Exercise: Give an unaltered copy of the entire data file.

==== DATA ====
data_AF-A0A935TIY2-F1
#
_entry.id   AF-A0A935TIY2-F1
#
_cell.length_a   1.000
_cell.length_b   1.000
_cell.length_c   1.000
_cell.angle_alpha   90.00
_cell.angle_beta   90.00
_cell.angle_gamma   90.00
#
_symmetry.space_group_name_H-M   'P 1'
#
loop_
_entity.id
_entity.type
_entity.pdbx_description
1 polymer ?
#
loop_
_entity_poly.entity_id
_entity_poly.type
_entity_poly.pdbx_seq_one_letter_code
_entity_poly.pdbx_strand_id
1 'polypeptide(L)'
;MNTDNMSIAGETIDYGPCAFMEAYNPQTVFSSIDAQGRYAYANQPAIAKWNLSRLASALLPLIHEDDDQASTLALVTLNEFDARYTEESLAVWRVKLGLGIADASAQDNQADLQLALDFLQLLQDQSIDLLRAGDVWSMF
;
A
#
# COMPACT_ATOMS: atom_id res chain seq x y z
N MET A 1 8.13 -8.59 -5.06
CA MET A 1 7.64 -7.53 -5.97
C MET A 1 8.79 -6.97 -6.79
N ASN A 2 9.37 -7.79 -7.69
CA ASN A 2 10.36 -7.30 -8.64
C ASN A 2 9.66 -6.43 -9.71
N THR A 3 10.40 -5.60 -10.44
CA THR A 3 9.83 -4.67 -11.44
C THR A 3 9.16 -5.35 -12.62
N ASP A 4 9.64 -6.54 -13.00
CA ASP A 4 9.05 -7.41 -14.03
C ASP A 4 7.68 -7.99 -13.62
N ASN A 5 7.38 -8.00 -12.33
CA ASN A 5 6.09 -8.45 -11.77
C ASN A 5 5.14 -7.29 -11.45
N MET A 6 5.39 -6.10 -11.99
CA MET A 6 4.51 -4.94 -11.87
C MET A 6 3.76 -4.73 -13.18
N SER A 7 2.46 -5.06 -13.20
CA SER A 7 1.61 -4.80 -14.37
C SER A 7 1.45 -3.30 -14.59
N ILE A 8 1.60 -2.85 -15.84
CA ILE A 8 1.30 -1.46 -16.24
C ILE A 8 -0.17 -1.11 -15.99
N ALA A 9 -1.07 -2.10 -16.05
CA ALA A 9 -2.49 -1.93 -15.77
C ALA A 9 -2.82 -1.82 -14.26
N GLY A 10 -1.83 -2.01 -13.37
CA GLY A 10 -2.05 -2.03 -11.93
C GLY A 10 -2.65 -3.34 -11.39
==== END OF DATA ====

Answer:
data_AF-A0A935TIY2-F1
#
_entry.id   AF-A0A935TIY2-F1
#
_cell.length_a   1.000
_cell.length_b   1.000
_cell.length_c   1.000
_cell.angle_alpha   90.00
_cell.angle_beta   90.00
_cell.angle_gamma   90.00
#
_symmetry.space_group_name_H-M   'P 1'
#
loop_
_entity.id
_entity.type
_entity.pdbx_description
1 polymer ?
#
loop_
_entity_poly.entity_id
_entity_poly.type
_entity_poly.pdbx_seq_one_letter_code
_entity_poly.pdbx_strand_id
1 'polypeptide(L)'
;MNTDNMSIAGETIDYGPCAFMEAYNPQTVFSSIDAQGRYAYANQPAIAKWNLSRLASALLPLIHEDDDQASTLALVTLNEFDARYTEESLAVWRVKLGLGIADASAQDNQADLQLALDFLQLLQDQSIDLLRAGDVWSMF
;
A
#
# COMPACT_ATOMS: atom_id res chain seq x y z
N MET A 1 8.13 -8.59 -5.06
CA MET A 1 7.64 -7.53 -5.97
C MET A 1 8.79 -6.97 -6.79
N ASN A 2 9.37 -7.79 -7.69
CA ASN A 2 10.36 -7.30 -8.64
C ASN A 2 9.66 -6.43 -9.71
N THR A 3 10.40 -5.60 -10.44
CA THR A 3 9.83 -4.67 -11.44
C THR A 3 9.16 -5.35 -12.62
N ASP A 4 9.64 -6.54 -13.00
CA ASP A 4 9.05 -7.41 -14.03
C ASP A 4 7.68 -7.99 -13.62
N ASN A 5 7.38 -8.00 -12.33
CA ASN A 5 6.09 -8.45 -11.77
C ASN A 5 5.14 -7.29 -11.45
N MET A 6 5.39 -6.10 -11.99
CA MET A 6 4.51 -4.94 -11.87
C MET A 6 3.76 -4.73 -13.18
N SER A 7 2.46 -5.06 -13.20
CA SER A 7 1.61 -4.80 -14.37
C SER A 7 1.45 -3.30 -14.59
N ILE A 8 1.60 -2.85 -15.84
CA ILE A 8 1.30 -1.46 -16.24
C ILE A 8 -0.17 -1.11 -15.99
N ALA A 9 -1.07 -2.10 -16.05
CA ALA A 9 -2.49 -1.93 -15.77
C ALA A 9 -2.82 -1.82 -14.26
N GLY A 10 -1.83 -2.01 -13.37
CA GLY A 10 -2.05 -2.03 -11.93
C GLY A 10 -2.65 -3.34 -11.39